Fifth Light system allows first-ever control of fluorescent lights for greater energy efficiency
New technology with the potential to cut office and commercial lighting energy costs by 30 to 60% is now undergoing its first commercial-scale demonstration at a downtown Toronto office building. The demonstration project was officially launched November 10 by Sustainable Technology Development Canada (SDTC) and Fifth Light Technology, the system developer, together with its consortium partners, Great West Life Realty Advisors, Lindsay Electronics, New Orbit Technologies and Toronto Hydro Energy Systems.
SDTC has confirmed $3 million in funding toward the project, leveraging a further $6.2 million in funding from the Fifth Light consortium. Fifth Light's technology has been tested in a smaller installation in downtown Toronto over the past three years, in conjunction with Great West Life Realty Advisors and Toronto Hydro Energy Services.
"Fifth Light technology became interested in this field several years ago out of a belief that the key to better commercial lighting efficiency and energy savings lay in dimming, intelligent control systems and management protocols, rather than expensive electronic ballasts and light tubes," said Dr Joseph Dableh, president of Fifth Light Technology.
Central to the technology is a unique, patented controller system that, for the first time, allows fluorescent lighting systems using magnetic ballasts to be dimmed. As a result, each lighting fixture in a building can be individually and automatically controlled, in step with lighting needs and the time of day.
Fluorescent lights operated by magnetic ballasts are by far the most common type of office and commercial lighting installed worldwide, with more than one billion fixtures in North America alone. Before the advent of Fifth Light's technology, these lighting units could not be adjusted.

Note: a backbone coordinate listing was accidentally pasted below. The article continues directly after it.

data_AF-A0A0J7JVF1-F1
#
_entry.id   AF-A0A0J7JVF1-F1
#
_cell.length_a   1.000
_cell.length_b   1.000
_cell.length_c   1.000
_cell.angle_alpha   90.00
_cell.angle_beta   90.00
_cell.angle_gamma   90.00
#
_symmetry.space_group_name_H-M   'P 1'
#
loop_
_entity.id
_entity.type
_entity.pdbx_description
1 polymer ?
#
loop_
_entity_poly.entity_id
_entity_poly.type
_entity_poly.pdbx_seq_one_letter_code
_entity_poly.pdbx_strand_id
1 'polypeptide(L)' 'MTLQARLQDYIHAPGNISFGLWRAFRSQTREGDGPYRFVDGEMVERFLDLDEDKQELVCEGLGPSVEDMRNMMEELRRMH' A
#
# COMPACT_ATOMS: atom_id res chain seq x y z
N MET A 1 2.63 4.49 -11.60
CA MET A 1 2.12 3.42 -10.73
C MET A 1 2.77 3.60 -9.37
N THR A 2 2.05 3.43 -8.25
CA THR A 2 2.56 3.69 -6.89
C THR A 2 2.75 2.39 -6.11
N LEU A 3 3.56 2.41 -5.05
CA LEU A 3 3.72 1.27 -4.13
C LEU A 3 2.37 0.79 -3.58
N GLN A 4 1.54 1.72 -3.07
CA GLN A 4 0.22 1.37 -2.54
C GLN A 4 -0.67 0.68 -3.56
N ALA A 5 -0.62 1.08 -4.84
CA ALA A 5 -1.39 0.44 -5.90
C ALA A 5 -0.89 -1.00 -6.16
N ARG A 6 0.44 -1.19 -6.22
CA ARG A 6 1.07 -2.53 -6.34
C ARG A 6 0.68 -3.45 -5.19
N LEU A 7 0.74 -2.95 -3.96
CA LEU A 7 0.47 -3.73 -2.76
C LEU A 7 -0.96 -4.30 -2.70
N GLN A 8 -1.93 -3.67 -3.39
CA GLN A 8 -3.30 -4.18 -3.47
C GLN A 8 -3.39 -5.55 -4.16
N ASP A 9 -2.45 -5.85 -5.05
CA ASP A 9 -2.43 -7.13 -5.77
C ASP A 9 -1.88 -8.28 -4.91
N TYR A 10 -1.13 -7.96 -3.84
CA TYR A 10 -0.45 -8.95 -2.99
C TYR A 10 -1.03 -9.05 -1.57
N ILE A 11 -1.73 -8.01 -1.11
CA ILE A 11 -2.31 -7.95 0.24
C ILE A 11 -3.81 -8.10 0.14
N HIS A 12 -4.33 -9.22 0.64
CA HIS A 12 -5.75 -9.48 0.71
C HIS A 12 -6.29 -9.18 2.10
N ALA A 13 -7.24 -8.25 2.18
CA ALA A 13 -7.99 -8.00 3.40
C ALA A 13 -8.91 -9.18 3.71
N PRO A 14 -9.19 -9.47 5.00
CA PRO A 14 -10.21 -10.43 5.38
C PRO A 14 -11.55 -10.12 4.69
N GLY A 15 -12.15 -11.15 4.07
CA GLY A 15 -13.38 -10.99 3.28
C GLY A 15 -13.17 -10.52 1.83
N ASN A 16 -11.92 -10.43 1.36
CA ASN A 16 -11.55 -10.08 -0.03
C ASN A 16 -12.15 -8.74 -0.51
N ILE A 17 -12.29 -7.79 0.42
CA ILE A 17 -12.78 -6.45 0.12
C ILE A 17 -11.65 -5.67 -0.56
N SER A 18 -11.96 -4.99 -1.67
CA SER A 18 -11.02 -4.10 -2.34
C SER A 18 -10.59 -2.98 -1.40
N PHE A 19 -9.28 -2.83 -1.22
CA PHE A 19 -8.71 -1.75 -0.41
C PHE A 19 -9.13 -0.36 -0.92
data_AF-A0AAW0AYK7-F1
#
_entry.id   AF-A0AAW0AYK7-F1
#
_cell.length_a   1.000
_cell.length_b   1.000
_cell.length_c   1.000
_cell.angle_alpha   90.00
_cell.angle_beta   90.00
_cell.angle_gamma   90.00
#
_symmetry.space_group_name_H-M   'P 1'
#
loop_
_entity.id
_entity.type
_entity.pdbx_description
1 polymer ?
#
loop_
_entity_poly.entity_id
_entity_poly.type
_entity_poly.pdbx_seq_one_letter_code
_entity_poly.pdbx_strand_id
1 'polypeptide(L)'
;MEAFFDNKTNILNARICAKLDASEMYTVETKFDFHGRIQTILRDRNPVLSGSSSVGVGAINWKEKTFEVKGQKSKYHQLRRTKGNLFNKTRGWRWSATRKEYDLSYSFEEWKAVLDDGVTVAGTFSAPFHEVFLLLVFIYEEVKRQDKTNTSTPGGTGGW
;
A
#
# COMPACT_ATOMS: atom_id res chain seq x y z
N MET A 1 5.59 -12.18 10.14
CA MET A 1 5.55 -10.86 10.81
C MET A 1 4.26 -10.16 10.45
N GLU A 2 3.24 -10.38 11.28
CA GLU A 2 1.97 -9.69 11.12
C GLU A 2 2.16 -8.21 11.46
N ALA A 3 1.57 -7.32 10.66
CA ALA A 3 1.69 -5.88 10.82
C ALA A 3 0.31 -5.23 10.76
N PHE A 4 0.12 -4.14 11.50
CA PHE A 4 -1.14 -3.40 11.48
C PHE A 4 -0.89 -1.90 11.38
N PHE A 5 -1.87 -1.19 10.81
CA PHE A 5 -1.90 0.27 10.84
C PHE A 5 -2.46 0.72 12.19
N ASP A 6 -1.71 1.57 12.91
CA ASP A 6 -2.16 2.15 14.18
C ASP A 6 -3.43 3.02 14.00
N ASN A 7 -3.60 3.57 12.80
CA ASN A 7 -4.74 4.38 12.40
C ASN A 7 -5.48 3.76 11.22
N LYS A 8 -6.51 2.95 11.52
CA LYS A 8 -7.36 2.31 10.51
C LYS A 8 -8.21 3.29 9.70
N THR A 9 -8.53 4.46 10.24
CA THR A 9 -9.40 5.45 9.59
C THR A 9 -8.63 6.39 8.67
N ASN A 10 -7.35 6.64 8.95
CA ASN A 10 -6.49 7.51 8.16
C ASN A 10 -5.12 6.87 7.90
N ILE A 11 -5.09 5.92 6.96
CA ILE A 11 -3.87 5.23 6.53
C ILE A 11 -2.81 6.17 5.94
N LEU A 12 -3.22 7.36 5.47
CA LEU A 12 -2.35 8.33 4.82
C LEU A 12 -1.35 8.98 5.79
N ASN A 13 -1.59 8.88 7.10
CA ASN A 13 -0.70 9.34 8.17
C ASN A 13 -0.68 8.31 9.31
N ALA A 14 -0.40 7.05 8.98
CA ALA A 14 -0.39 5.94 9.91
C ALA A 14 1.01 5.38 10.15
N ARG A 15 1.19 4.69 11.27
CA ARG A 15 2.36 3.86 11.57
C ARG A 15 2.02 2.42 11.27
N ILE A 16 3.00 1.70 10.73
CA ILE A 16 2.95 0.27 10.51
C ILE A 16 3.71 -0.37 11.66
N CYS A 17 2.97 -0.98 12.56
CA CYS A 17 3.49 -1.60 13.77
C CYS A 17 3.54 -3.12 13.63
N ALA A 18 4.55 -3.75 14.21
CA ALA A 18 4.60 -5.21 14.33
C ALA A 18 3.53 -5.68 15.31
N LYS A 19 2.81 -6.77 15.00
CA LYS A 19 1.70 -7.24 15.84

Despite heightened concern over rising energy costs and greenhouse gas emissions, most commercial spaces are over-lit, with tenants generally preferring lower light levels than are currently provided. In addition to reduced energy consumption and related costs, the technology's benefits include:
* reduced greenhouse gas emissions through lower energy use;
* an average payback of 2.5 years for installation costs, based on 30 to 60% energy savings (the actual savings depend on the current electricity consumption of the building's lighting system) along with government and utility incentives, and reductions in maintenance and office reconfiguration costs;
* improved light quality, with over-lighting eliminated;
* flexible control that can be placed in the hands of the property manager, tenant organization or individual office workers via computer desktops, telephones or wireless devices;
* reduced landfill because the technology does not require fixture replacement and disposal and
* ability to control light levels seasonally, thereby reducing the mortality of migratory birds at downtown office towers.
The Fifth Light system works with existing or new magnetic ballasts, fixtures and bulbs, more than doubling the life of fluorescent bulbs and ballasts and consequently reducing maintenance and capital costs. It also qualifies for energy efficiency rebates offered by the federal government and some utilities.
Lighting represents at least 30% - and often more than half -- of a building's electrical energy costs. With each Fifth Light dimmer saving an average 350 KWh of electricity per year, installing the technology in 200 office towers would replace the output of one large coal-fired generator or 80% of an average nuclear reactor.
Fifth Light Technology, based in Oakville, Ontario, is the exclusive North American manufacturer and supplier of a new patented device and complete turnkey control and management system that will enhance the performance of fluorescent lighting utilizing magnetic ballasts.